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Single life-long cure for diabetes, cancer found

By Chukwuma Muanya, Assistant Editor
12 August 2016   |   1:43 am
The treatment of diseases from diabetes to multiple sclerosis could be revolutionised by a breakthrough in bone marrow transplants.

cure-for-diabetes

The treatment of diseases from diabetes to multiple sclerosis could be revolutionised by a breakthrough in bone marrow transplants.
Researchers have made the life-saving infusions so safe that they say they could be used to treat numerous conditions.
Excitingly, a single treatment could provide a life-long cure.

The scientists said their technique could be the ‘holy grail’ of transplantation, ushering in ‘a whole new era in disease treatment’.
Patients critically ill with leukaemia and other blood cancers are given radiotherapy or chemotherapy to wipe out their own diseased cells, before being given an infusion of healthy marrow.

But while they can be hugely successful, the transplants come with a host of side-effects and up to 20 per cent of patients die from complications.
As a result, bone marrow transplants are reserved for the most seriously ill.
Many of the problems are caused by the chemotherapy or radiotherapy that is used to wipe out the patient’s own bone marrow ahead of the transplant.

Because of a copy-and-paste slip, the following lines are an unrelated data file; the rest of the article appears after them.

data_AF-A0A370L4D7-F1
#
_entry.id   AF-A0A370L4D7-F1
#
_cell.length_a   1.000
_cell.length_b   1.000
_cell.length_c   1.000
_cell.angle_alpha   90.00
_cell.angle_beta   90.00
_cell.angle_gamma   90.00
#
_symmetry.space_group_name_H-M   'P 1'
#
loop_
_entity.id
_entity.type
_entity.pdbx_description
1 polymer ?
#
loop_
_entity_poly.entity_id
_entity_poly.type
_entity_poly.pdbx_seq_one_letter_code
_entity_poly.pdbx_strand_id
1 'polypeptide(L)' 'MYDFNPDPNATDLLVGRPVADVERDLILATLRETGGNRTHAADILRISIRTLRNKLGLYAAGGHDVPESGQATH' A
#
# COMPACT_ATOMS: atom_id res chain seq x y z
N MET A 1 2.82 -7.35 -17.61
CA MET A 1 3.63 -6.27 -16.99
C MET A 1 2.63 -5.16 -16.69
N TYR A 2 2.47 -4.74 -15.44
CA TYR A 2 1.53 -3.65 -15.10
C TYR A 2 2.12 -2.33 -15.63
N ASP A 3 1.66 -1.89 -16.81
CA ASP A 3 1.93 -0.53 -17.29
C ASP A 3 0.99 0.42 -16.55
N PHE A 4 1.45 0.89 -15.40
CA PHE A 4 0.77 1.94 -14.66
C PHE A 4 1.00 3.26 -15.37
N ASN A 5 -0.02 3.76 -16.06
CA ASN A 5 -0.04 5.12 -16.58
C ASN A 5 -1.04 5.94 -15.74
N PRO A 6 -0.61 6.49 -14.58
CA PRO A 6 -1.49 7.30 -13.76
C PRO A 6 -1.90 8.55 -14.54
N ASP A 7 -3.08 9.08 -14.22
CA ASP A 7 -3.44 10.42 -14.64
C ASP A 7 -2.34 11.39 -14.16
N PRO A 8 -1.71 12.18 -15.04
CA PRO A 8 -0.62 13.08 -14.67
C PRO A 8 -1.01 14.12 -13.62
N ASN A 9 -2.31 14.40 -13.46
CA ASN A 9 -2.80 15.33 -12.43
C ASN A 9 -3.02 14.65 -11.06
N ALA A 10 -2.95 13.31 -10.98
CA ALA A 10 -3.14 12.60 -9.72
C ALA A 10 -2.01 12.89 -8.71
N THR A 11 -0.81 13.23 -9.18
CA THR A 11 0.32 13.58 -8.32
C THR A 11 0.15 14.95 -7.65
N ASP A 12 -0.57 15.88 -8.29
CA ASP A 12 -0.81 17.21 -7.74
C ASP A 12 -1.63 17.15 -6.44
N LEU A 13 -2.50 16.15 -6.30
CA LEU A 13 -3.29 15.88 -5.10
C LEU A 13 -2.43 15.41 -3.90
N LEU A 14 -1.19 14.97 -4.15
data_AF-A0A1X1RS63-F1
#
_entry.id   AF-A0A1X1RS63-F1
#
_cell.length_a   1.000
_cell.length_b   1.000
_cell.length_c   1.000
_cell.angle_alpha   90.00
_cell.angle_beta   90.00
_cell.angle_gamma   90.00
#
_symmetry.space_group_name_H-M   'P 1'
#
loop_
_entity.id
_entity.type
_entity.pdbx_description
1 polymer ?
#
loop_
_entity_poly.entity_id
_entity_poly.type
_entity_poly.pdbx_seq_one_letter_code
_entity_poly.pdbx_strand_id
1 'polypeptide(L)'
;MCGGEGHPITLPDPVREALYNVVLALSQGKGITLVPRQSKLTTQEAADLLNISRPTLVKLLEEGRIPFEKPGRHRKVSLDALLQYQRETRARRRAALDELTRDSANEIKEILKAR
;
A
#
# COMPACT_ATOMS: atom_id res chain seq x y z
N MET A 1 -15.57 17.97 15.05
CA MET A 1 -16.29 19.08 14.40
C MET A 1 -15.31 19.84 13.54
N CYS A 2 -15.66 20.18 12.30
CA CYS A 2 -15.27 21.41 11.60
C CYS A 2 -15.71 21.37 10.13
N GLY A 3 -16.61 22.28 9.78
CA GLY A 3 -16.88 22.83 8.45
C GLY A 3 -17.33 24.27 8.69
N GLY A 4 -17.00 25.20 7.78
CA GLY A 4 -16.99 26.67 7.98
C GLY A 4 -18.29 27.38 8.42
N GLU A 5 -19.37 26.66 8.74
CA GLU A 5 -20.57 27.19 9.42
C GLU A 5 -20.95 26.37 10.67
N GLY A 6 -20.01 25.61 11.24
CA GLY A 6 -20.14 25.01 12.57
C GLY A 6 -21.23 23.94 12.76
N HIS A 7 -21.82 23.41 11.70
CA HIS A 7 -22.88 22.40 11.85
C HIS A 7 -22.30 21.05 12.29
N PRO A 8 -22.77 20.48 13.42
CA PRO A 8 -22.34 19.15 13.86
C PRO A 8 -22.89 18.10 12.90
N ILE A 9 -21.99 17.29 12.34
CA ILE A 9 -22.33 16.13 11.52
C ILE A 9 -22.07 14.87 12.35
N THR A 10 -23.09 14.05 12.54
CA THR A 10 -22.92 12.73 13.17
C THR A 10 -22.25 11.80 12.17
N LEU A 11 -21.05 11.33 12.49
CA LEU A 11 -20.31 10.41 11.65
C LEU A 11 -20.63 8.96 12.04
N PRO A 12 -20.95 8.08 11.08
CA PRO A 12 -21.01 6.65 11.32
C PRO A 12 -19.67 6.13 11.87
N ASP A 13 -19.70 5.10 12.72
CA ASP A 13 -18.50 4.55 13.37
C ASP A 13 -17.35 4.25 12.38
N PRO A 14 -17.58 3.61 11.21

The Stanford University researchers have found a much safer way of eliminating the cells.
They have used two different antibodies to trick the body into attacking the diseased marrow and destroying it.

In experiments in mice, more than 99 per cent of the bone marrow cells were eliminated, the journal Science Translational Medicine reports.
The team then found a way of purifying the donated bone marrow, to make the transplant even safer.
They said: “If it works in humans like it did in mice, we would expect the risk of death would drop form 20 per cent to effectively zero.”
Study co-author Irving Weissmann said: “There is almost no category of disease or organ transplant that is not impacted by this research.
“If and when this is accomplished, it will be a whole new era in disease treatment and regenerative medicine.”

The bone marrow is the body’s blood cell ‘factory’ so transplants are usually used to treat blood cancers.
However, the marrow also makes most of the cells in the body’s immune system.
This means that any disease caused by a rogue immune response could potentially be cured by a one-off transplant.
Childhood diabetes, multiple sclerosis and rheumatoid arthritis and other autoimmune diseases could be the treatment’s grasp.
The technology could also be exploited to make heart, lung and other organ transplants safer.
Co-researcher Judith Shizuru, a lab technician turned doctor, said human trials could start in as little as three years.

Shizuru recently described the work as ‘they most exciting thing I have done in my whole life.’
She added: “One important reason why I became a bone marrow transplanter was so that I could help cure autoimmune disease.
“If we can make bone marrow transplants safer, that offers a potential way to cure autoimmune disease, including diabetes.”
There is almost no category of disease or organ transplant that is not impacted by this research.
*Adapted from DailyMailUK Online

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